These are my people. People I grew up with as a kid and friends I met along the way, while making that awkward transition from adolescence to adulthood. Many of my subjects were close family, Such as my parents Doris and Fred (Hot Dot and Fearless Fred) my sisters Ruth and Barbara, and any number of miniature poodles called Chammie (for Pink Champagne). Other subjects include extended family, friends of my parents, and people whose names I never really knew at all.
I’ve also included many of my earliest friends as an adult. These were my chosen family—roommates, girlfriends, drinking buddies. They all shared and shaped my life in some uncertain but important way.
Unfortunately I have left a lot of people out for lack of a good picture. So forgive me Max, Eli, Abram, Hank, Dora, Frieda, Rhoda, Raymond, Morris, Allen, Lynn, Emily, Mark, Sharon, Jessica, Sue, Ingrid, Susan, Cat, Bill, Lawson, Paul, Joe, Bob, Henry, Lisa, Jennifer, Mica, Peter, Jordan, and so many others who belong in here. I never set out to make a personal memoir. If I had, you all would have been included.
In Close Relations I tried to mix sense of history with a sense of humor. I made most of these pictures as a student at Rhode Island School of Design, after spending years studying history at the University of Chicago. I knew almost nothing about art at the time but I was drawn to documentary work, which combined something I knew a little about (history) with something I was beginning to love (photography).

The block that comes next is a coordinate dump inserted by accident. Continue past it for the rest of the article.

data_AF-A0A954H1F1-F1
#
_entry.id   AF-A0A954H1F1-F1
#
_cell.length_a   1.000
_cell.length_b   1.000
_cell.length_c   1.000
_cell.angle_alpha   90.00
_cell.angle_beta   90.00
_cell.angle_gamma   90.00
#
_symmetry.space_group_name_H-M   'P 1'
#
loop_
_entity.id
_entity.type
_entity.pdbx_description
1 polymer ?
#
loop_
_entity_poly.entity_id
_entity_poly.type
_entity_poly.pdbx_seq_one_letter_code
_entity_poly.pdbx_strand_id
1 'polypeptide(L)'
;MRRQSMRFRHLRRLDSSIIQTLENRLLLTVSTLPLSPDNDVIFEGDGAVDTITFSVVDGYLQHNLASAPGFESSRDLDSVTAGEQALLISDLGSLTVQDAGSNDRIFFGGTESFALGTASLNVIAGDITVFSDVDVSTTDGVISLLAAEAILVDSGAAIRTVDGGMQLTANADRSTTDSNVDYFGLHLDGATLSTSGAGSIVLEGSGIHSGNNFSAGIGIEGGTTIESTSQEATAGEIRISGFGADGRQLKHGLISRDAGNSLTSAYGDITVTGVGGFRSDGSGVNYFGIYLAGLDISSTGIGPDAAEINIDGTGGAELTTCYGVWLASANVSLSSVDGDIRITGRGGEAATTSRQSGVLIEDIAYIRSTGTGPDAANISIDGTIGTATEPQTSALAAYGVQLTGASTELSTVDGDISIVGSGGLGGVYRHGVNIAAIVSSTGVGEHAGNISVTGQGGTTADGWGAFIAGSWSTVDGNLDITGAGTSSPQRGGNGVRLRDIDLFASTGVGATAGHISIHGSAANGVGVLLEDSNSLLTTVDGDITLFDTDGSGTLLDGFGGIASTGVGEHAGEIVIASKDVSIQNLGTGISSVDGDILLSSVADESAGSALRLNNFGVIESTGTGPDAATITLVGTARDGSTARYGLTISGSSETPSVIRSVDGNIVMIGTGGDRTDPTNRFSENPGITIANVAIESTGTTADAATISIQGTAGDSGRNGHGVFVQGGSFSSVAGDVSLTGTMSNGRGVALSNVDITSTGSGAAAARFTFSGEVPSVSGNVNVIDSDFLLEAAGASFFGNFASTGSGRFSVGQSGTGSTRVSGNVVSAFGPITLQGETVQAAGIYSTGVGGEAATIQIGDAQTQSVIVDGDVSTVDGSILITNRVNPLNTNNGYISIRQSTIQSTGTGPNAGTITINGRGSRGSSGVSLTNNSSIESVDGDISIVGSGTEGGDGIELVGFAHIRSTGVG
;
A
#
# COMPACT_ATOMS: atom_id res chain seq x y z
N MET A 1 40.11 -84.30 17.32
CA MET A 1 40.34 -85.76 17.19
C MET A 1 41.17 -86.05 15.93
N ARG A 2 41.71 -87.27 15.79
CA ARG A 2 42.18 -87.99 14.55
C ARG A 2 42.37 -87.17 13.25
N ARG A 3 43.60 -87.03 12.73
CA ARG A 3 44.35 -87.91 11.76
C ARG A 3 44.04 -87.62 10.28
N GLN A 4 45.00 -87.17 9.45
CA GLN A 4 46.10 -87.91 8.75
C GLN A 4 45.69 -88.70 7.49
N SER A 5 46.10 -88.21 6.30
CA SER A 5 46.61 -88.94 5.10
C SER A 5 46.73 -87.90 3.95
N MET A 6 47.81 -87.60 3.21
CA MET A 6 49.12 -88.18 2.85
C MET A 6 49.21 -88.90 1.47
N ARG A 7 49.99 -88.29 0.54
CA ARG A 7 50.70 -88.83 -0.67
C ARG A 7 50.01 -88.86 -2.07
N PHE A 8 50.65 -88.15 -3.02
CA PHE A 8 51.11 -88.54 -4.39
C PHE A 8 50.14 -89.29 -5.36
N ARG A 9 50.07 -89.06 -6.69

These are my first “serious” photographs. And like any young photographer I mimicked my heroes: the elegant August Sander (page 96), the formal Walker Evans (pages 8-9), the impish Brassai (page 35), the crude Weegee (page 37), the dark Diane Arbus (page 27). I was totally aware of these influences when I was taking the pictures, but looking back, I am struck by how much I absorbed from Harry Callahan (pages 106-7), who was far and away my most influential teacher.
A technical aside: I made all the pictures in Close Relations with medium-format cameras. I used a wide variety of models: Hasselblad C and Super Wide, Rollei Wide,Tele-Rollei, and Brooks Veri-Wide. Maybe there were others, as well. Whenever possible, I used a tripod to steady the camera and help frame the subject precisely. In low-light, indoors and out, I often used a Honeywell flash, customized with a bare-bulb by my local camera repair shop. My film of choice was Kodak Ti-X., developed normally in D-76. I usually printed on Kodak and Agfa fiber papers.
Feel free to view CR as a random collection of kooky pictures from the early 1970s. It is all of that that. But I hope you will also see it as it was meant, a history of a unique place and time.